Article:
Reflections for Sunday, November 3, 2013


readingbibleMeditation and Questions for Reflection or Group Discussion

(Wisdom 11:22–12:2; Psalm 145:1-2,8-11,13-14; 2 Thessalonians 1:11–2:2; Luke 19:1-10)

Loving Others as Jesus Has Loved You

He has gone to stay at the house of a sinner. (Luke 19:7)

When Jesus told the parable of the Pharisee and the tax collector, he made it clear that it is better to be humble than to consider yourself better than everyone else (Luke 18:9-14). When he forgave the sinful woman at a dinner party, he couldn’t help but teach his host, a Pharisee, how much better it is to be merciful rather than self-righteous (7:36-50). In today’s Gospel reading, Jesus goes so far as to invite himself into the home of a public sinner, a corrupt tax collector named Zacchaeus.

To the crowd surrounding him that day, Zacchaeus was a traitor who served the Roman Empire and made himself rich at the expense of his fellow Jews. But while they were focusing on who Zacchaeus was, Jesus focused on who he could be. That vision for the man’s future moved Jesus to speak kindly to him and lead him to salvation.

There are times when we can be like Zacchaeus as well. We can take advantage of other people and look out only for ourselves. Other times, we can be like the onlookers. We become self-righteous and judge people harshly. We are all capable of holding a double standard—one for ourselves and one for everybody else.

Despite our shortcomings and our double standards, Jesus continues to reach out to us just as he reached out to Zacchaeus. It’s true that Jesus loves us as we are. But it’s also true that he loves us so much that he wants to see us become everything we are meant to be.

In your prayer today, ask the Lord to show you one simple way that you can become more like the person you were meant to be: perhaps more caring or more generous, perhaps more loving toward your family or more prayerful. As he did with Zacchaeus, Jesus is always ready to help you. He is always ready to pour his grace on you whenever you turn to him.

“Lord, fill me with your love. Help me to look at the people around me the way you look at me.”

(Many thanks to The Word Among Us ( for allowing us to use meditations from their monthly devotional magazine. Used with permission. The Word Among Us Mass Edition contains all the readings and a meditation for each of the daily and Sunday Masses.)

Questions for Reflections/Discussion

  1. In the first reading from the Book of Wisdom, we learn of God’s love for all things, his mercy for all people, and his forgiveness for repentant sinners. The psalmist goes on to say that the Lord loathes nothing that he has made: “for what you hated, you would not have fashioned” (Wisdom 11:24). What is your attitude towards people who are different from yourself?  How could it be more Christlike?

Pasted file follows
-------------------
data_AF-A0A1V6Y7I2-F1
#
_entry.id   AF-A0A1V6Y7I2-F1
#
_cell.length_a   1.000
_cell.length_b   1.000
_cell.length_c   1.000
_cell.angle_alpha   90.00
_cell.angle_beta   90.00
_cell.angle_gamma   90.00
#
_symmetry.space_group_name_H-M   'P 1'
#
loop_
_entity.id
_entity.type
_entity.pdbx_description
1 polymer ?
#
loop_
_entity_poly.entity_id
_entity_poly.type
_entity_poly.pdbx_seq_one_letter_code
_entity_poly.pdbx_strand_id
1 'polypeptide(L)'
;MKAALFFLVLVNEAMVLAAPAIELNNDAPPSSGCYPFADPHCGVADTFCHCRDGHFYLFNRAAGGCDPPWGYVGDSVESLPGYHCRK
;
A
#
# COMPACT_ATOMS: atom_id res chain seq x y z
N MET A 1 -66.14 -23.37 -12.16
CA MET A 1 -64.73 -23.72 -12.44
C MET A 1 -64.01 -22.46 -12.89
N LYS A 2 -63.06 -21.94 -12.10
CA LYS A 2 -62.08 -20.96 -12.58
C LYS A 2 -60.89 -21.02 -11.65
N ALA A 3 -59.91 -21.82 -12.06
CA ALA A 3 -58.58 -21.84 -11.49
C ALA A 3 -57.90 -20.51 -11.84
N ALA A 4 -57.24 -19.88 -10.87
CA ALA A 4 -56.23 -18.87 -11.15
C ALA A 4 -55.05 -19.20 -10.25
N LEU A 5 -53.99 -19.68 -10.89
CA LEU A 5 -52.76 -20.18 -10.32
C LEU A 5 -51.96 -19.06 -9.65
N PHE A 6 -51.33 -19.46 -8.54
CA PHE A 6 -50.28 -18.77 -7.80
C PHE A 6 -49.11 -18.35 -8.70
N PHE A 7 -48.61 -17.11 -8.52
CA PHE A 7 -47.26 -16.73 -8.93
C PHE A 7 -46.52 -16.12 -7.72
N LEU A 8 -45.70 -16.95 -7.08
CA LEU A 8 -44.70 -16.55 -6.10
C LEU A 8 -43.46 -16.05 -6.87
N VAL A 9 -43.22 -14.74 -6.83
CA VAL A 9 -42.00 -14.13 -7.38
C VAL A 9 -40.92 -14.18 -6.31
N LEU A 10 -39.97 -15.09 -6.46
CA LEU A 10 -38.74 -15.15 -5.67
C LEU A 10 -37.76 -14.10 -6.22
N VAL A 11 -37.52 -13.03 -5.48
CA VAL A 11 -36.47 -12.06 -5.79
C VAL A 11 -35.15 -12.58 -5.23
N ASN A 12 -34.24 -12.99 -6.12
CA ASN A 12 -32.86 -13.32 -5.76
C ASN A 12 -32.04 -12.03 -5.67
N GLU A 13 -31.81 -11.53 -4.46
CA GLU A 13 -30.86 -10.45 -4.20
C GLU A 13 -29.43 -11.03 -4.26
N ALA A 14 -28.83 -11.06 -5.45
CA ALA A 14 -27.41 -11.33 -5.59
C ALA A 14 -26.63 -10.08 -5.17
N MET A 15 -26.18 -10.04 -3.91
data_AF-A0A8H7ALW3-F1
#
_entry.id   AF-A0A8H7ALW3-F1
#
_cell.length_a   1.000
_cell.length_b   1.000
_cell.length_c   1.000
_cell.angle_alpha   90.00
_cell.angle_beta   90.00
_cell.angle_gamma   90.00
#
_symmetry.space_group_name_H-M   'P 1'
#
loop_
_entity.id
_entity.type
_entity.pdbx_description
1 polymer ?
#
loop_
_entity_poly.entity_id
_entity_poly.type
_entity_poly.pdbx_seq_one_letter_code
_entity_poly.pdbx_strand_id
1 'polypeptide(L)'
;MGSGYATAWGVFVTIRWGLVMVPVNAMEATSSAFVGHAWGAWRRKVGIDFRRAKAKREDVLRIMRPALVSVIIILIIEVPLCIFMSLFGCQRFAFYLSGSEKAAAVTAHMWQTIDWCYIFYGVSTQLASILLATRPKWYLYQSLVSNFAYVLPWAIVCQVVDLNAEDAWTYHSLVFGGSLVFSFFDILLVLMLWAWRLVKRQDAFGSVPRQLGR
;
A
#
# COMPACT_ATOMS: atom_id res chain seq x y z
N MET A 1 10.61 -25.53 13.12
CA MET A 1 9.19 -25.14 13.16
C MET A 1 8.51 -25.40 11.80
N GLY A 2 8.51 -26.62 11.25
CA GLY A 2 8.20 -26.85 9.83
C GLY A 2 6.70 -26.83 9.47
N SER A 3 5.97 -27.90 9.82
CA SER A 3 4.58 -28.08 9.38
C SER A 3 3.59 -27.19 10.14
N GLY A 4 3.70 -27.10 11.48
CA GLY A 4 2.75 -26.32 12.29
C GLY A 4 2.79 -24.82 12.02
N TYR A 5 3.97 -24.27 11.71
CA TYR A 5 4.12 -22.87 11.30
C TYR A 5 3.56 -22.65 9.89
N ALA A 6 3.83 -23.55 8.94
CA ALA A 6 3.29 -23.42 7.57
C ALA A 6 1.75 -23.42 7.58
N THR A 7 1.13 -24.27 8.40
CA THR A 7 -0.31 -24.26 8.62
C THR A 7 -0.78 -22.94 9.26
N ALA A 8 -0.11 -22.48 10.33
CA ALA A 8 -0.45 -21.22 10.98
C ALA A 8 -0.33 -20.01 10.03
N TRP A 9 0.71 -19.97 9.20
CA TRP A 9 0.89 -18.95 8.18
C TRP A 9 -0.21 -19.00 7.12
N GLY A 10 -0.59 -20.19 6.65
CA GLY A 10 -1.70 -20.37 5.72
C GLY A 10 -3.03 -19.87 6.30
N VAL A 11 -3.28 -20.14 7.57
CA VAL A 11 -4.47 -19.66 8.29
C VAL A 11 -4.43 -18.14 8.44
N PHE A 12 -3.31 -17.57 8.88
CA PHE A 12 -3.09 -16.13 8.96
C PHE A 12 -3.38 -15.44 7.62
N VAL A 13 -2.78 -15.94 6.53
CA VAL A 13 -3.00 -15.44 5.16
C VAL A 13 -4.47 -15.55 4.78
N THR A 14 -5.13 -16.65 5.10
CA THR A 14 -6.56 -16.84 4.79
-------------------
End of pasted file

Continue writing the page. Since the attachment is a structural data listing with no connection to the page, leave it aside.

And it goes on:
2. The responsorial psalm also speaks of God’s graciousness, mercy, kindness, and compassion. How important is it for our compassion to reach beyond our small circle of family or friends? What more can you do?
  3. St. Paul, in the second reading, warns the early Christians to be on their guard against false “prophets” of doom. In what way is your view of the state of the world shaped by alarmists and doomsayers?  How would a deeper understanding of the nature and character of God, and faith in his power to transform even the hardest of hearts, help your view to be more hopeful and Christ-centered?
  4. In the Gospel, we again see Jesus reaching out to an individual who was hated and disrespected by his contemporaries.  Notice that Zacchaeus “received him with joy” and the crowd “began to grumble.” Why did this happen? In what ways can you work “against the grain” to care for others, especially those who are looked down on?
  5. Jesus said he came “to seek and save what was lost.”  Notice that Jesus did not wait around but actively sought those in need.  He also told Zacchaeus that, “Today salvation has come to this house” (Luke 19:9). In what ways can our outreach to others be a source of “salvation” to them? How can you be less passive and more active in sharing the good news of Jesus Christ with others?
  6. In the meditation, we hear these words: “Despite our shortcomings and our double standards, Jesus continues to reach out to us just as he reached out to Zacchaeus. It’s true that Jesus loves us as we are. But it’s also true that he loves us so much that he wants to see us become everything we are meant to be.” What steps can you take to open yourself more to the transforming love of Jesus our Lord?
  7. Take some time now to pray and ask the Lord for the grace to love others as He has loved you (John 13:34). Use the prayer at the end of the meditation as a starting point.

About Author

Maurice Blumberg is a Jewish convert to the Catholicism, and the father of five children. He is currently the Director of Partner Relations for The Word Among Us Partners, a ministry of The Word Among Us to the Military, Prisoners, and women with crisis pregnancies or who have had abortions. Maurice was also the founding Executive Director of the National Fellowship of Catholic Men and was Chairman of the Board of The Word Among Us, a Catholic devotional magazine.